As the Olympic games continue in London, we’re reminded of the thrill that comes with cheering uncontrollably when a favorite athlete grabs the gold, shatters a record and brings tears of joy to a nation’s collective eye. Around here, our 2011 Google.org grantees give us that same feeling of exhilaration and pride. They’re hurdling over challenges in education for girls and minorities, empowering people through technology and fighting modern day slavery. Along the way they’ve also been grabbing awards, receiving recognition and inspiring individuals.
We recently checked up on the stats from last year’s grantees and the records are undeniable. Here’s a quick rundown of some of their top highlights from over the past year:
9,000 health workers connected in the developing world
Switchboard uses mobile phones to connect isolated health workers with urban practitioners and government support. They’ve already connected health practitioners in Ghana and Liberia, and this year over 9,000 workers in Tanzania will join Switchboard’s partner Vodacom to form the largest mobile network of health workers in the developing world.
30 new scholarships and 30 after school programs for underserved kids
In 2012, African leadership incubator Akili Dada will award 30 new scholarships to high-achieving young African women from underprivileged backgrounds to join their development program — nearly doubling the number of women receiving funding. U.S.-based Citizen Schools also has a spirit of 30, partnering with 30 schools this year to provide a longer and strong learning day for over 5,000 low-income kids across eight states.
2,200 new people with dignified digital work
Thanks to Samasource’s mission to provide digital work in marginalized areas, such as Sub-Saharan Africa, South Asia and the Caribbean, over 2,200 new workers have escaped poverty through computer-based microwork since 2011. Samasource recently made product updates to its microwork platform, increasing capacity for work types and improving quality management tools. CEO and founder was noted in Fast Company’s round-up of extraordinary women changing the world.
1,124 girls getting excited about Science, Technology, Engineering and Math (STEM)
Girlstart empowers girls to excel in science, math, engineering and technology through its After School and Summer Camp programs. Its After School offering was found by SEDL researchers to be the most robust STEM program for girls in the U.S. and this year’s programs will reach a record number of girls.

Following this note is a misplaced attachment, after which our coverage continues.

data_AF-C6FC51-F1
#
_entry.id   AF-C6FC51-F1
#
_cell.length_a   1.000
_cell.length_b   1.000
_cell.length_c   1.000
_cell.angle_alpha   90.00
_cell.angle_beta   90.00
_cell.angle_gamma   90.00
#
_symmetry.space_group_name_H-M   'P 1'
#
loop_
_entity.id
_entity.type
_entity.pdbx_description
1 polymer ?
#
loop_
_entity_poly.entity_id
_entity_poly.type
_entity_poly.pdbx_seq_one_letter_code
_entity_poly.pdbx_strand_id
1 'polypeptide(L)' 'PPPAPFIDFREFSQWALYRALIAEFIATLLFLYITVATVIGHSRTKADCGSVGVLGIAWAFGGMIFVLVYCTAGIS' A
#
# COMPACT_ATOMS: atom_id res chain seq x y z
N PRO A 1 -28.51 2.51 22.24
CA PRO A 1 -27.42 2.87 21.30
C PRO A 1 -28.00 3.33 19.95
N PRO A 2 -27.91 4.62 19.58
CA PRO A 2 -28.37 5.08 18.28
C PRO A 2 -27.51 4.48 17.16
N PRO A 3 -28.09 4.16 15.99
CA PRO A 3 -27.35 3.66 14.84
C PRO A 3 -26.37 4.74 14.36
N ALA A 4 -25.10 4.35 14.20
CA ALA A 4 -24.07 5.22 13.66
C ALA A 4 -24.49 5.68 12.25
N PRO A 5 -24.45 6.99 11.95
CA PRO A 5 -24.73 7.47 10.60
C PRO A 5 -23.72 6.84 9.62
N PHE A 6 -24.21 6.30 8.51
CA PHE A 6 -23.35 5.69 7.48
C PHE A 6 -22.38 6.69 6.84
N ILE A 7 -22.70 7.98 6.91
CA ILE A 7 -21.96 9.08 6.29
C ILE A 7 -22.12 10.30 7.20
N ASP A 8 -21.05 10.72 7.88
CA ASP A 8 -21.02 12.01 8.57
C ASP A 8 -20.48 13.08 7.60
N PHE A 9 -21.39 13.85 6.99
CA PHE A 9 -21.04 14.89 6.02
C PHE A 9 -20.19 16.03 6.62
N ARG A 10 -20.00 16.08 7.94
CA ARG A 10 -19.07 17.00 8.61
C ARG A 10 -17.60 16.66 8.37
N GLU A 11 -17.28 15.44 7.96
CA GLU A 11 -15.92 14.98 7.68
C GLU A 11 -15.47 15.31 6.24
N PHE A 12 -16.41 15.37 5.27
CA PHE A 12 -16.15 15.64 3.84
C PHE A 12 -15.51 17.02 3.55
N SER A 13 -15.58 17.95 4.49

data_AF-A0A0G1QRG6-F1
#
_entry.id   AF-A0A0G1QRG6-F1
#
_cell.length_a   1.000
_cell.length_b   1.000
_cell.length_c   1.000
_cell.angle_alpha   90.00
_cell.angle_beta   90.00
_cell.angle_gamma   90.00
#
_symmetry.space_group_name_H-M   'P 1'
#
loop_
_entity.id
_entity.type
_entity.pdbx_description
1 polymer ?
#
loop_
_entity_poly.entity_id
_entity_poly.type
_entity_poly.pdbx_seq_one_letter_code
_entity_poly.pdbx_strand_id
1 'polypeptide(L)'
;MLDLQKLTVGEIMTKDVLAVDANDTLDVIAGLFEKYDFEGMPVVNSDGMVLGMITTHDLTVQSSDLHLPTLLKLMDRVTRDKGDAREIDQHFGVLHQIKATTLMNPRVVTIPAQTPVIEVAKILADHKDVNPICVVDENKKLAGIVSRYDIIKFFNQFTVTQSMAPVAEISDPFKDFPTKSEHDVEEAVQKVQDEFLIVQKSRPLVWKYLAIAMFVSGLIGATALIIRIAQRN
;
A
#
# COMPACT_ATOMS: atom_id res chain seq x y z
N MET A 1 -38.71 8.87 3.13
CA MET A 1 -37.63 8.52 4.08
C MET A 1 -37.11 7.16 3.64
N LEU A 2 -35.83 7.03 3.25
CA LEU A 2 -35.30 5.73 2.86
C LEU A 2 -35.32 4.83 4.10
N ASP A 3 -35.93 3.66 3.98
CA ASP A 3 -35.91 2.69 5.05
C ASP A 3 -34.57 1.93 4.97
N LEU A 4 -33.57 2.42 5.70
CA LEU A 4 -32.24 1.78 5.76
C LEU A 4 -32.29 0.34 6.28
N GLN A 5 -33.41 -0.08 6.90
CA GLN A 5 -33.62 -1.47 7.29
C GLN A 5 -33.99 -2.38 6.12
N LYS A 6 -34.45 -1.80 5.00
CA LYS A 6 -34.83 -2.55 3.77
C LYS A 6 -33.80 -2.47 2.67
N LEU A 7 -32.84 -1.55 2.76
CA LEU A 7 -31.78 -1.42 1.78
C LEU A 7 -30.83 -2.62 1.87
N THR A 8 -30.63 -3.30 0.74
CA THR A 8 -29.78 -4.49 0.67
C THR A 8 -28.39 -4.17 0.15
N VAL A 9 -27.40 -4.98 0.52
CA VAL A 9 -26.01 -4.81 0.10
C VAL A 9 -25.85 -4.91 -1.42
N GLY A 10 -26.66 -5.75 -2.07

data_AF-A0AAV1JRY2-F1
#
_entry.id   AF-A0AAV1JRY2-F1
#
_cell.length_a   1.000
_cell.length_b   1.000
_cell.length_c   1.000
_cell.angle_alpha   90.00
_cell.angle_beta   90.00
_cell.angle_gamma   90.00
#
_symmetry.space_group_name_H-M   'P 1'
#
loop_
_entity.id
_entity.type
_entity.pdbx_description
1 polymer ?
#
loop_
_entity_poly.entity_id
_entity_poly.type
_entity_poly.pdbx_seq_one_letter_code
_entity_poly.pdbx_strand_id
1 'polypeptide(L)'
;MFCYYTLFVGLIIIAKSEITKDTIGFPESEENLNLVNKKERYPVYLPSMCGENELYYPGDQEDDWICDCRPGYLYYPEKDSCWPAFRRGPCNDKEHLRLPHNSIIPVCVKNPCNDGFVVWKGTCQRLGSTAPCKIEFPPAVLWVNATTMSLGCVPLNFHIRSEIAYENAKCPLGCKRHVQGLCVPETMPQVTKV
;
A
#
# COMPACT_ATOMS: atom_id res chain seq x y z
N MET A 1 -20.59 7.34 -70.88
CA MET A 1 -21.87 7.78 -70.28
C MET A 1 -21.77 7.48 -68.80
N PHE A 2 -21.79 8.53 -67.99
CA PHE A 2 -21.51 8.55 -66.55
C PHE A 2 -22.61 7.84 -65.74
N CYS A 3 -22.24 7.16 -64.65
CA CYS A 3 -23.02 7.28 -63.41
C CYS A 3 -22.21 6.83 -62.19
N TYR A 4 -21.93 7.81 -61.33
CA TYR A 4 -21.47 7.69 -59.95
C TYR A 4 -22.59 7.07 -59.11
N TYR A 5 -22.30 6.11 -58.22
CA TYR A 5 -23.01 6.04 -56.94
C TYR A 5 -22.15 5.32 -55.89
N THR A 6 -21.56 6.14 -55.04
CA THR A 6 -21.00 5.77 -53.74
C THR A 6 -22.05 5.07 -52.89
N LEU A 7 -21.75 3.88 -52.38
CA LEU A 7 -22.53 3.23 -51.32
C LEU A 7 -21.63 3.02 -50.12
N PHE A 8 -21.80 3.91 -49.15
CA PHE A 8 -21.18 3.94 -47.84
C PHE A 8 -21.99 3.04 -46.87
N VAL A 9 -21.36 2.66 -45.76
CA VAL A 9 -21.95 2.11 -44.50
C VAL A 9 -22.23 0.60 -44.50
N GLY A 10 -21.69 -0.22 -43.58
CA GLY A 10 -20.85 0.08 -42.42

3 Olympians bringing attention to slave labor
Slavery Footprint works to fight human trafficking and forced labor via increased awareness of its role in today’s society. Its website, which calculates the number of slaves working for you, received a Cannes Lions Bronze Cyber Lion award and has been visited by millions around the world. They also recently announced that three Olympic athletes will be advocating against forced labor in this year’s games — as it’s important to remember that almost every part of society is touched by this issue.
230 geeks signed up to get governments tech-savvy
How many tech geeks does it take to change the world? When Code for America launched a first-of-its kind accelerator to support new civic startups, they received applications from over 230 entrepreneurs with ideas for how to upgrade government via tech. Its fellowship program, “peace corps for geeks,” similarly inspires a new tech-centric type of public service and will announce its newest fellows this fall.
100 new African student leaders
The African Leadership Academy identifies young students from across the continent with leadership potential, an entrepreneurial spirit, a passion for Africa and a track record of community service. This year 100 new scholars will arrive on campus to begin their studies and 10 young African women with a passion for technology and science will work to address some of Africa’s most pressing challenges.
4,000 lives changed through student loans
A year ago, Vittana celebrated its first 1,000 loans to support 1,000 marginalized students as they work to build a better future. Now, Vittana loans have changed the lives of over 4,000 students and they’re on track to help 4,000 more by the end of 2012. As Jessa Arzaga, a 19 year student studying in the Philippines, remarked, "The best treasure in life is education — no one can take it away from you."
Here’s three cheers for all of our 2011 grantees. They all deserve gold in our book.
Posted by Kate Parker, communications manager, Google.org